In an interview with Panda Labs, a member from Anonymous, the group behind the attacks that forced the RIAA and MPAA sites offine, clarified their position in the file-sharing debates. First and foremost, they’re advocates for piracy. That we knew. However, they don’t view file-sharing to be solely a means through which they gain obtain movies, music, and media for free. Rather, they consider it to be “the next step in a cultural revolution of shared information.”
Vevo's revenue is in the "tens of millions," collected through sponsorships and advertising, but the site is still not profitable, CEO Rio Caraeff told an audience at TechCrunch Disrupt yesterday. "Vevo is an experiment on a grand scale,” according to Careff, with more than 50% of revenue passed on to the labels and artists.
Well, this is a case of ‘it was bound to happen.’ Yet the idea of a street musician playing a sitar on an iPad is still very intriguing. According to Alex Shpil, the publisher of the video, she used the Seline HD app and was also recording the sound using binaural microphones. Does the fact that the girl is playing on a relatively expensive device—a new iPod—change people’s perceptions of how much they’re willing to drop in her ‘instrument’ case? Or, is that irrelevant?
Are file-sharers killing the careers of artists that the record and music industries create? Or, are we? We—broadly defined as the social media hype machine that we've played our part in fueling—both as professionals and fans. It's as if our society has ventured into a new age of extremes. The traditional music consumption system is running on fumes; mainly, the momentum created by nearly ten years of MTV's Total Request Live. Everything else being played is new to the extent that it came out in the last ten years to twelve months, yet it all sounds deathly restricted to the same formulas.
GigaTools is a promotional tool for DJ's, musicians, record labels and booking agents to manage, promote and share their event schedules online. Artists can integrate their events schedule with any number of sites and social networks. Management and agents can maintain multiple schedules for their roster in one interface and ensure that all upcoming events are always up to date across their entire companies web presence.
At a time when the RIAA and other trade organizations are trying their damnedest to disrupt the culture of file-sharing and persuade teenagers and college students alike to feel guilty for downloading music off the web, one of the most famous pop stars of this generation has sided with the fans. In an interview segment that aired on Good Morning America, Justin Timberlake admits to the anchor that, had he not skipped college and went onto become a multi-platinum selling recording artist, he would've illegally downloaded music of the web too.
(UPDATED) While sharing with your Twitter followers is useful; the real hope of most tweeters is that their 140 characters go viral. But how often does that happen? And how long does a tweet "live"? Online marketing firm Sysomos examined 1.2 billion tweets posted in the last two months to find out. Their benchmark: when a tweet generates a reaction or retweet, it suggests the the tweet resonated enough to spark a conversation or to share it with their followers. What they found may surpirse you:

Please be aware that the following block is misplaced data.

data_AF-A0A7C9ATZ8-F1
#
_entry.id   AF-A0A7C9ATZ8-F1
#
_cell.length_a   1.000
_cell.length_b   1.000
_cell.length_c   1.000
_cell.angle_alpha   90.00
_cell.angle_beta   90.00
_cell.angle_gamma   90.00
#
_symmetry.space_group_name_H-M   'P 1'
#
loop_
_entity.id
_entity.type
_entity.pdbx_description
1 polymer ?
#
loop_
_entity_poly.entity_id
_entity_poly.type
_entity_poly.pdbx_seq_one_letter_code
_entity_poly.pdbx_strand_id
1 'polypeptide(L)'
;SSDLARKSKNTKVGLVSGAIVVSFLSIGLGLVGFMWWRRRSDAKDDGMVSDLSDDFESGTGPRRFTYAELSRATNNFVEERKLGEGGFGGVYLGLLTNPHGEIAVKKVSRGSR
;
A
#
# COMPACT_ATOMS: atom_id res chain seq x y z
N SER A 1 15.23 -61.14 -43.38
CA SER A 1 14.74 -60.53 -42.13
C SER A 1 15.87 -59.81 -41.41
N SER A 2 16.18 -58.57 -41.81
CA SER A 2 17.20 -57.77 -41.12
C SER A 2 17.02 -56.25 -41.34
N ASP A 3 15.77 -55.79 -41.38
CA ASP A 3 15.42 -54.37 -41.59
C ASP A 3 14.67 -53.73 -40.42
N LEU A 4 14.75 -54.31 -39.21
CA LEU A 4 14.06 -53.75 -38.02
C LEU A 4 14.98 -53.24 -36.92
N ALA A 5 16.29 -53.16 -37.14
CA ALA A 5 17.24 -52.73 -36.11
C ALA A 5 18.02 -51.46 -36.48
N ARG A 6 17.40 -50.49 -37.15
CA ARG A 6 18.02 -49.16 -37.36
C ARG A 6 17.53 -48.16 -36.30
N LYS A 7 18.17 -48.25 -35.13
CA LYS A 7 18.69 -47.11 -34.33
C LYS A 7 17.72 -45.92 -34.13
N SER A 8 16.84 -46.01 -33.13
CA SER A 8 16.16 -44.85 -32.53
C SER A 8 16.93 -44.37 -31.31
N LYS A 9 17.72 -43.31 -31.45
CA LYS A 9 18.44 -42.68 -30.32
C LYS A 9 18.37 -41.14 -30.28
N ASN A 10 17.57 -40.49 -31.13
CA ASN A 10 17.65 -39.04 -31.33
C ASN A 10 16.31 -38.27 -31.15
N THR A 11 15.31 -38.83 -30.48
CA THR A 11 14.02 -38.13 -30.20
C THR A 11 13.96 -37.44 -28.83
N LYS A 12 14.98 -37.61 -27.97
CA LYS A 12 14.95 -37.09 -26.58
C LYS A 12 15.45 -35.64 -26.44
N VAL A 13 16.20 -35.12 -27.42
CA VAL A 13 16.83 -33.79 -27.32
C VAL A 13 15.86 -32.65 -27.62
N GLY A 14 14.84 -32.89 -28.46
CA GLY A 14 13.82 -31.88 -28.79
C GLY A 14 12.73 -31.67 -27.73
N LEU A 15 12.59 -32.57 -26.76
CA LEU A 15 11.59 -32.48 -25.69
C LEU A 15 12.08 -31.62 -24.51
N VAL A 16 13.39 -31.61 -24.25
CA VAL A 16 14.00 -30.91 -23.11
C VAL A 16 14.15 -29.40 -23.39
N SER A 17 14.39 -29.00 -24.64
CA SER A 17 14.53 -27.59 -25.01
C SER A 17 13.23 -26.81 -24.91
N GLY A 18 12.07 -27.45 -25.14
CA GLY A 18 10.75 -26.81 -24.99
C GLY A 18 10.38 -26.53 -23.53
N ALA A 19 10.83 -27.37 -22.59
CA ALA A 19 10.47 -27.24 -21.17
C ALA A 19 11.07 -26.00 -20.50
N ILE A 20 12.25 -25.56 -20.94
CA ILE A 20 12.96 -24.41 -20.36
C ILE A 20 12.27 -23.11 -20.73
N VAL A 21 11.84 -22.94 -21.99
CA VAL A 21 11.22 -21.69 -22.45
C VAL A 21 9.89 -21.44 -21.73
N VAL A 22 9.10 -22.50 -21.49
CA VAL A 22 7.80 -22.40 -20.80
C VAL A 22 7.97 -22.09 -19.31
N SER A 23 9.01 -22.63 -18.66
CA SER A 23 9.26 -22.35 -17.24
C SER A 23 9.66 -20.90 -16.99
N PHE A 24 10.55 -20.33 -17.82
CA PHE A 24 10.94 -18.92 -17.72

Indie music marketing hub ReverbNation and APM Music have partnered to launch a “ReverbNation Music” library. The publishing company will assist in licensing this set of music into TV, movies, trailers, video games and other types of productions. Through statistical analysis, ReverbNation is qualifying artists for the program and sending out invitations accordingly.
(UPDATED) Despite the RIAA's best efforts, as of today Mulve is still online. To be clear, I'm not a supporter of unauthorized file-sharing; and though I understand the desire to shut down the biggest offenders, they aren't going away. Mulve is a reminder that the industry needs to put it's efforts elsewhere and give consumers legal choices that generate revenue for labels and artists.
- French music industry reaches deal with YouTube. (AP)
- Musician + Author = Crap - This week musician Ben Folds (formerly of the Five) and rock-obsessed novelist Nick Hornby (High Fidelity) released a collaborative record called Lonely Avenue. (Boston Phoenix)
- RIAA Claims That If COICA Isn't Passed, Americans Are 'Put At Risk' (Techdirt)
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This guest post is by Max Willens, editor of We All Make Music, a website dedicated to helping musicians thrive in a post-label world.
More Great Quotes From ADWEEK Below:
Music marketers lecture artists to make more money by "extending their brand". Animal Collective decided to extend their band's brand to do some good. Each member of the group has designed a shoe for accessory and clothing maker KEEP. Profits from sales will go to the Socorro Island Conservation Fund, a non-profit working to preserve the Revillagigedo Archipelago off Baja California, where illegal fishing, in particular of its shark population, is a continual threat.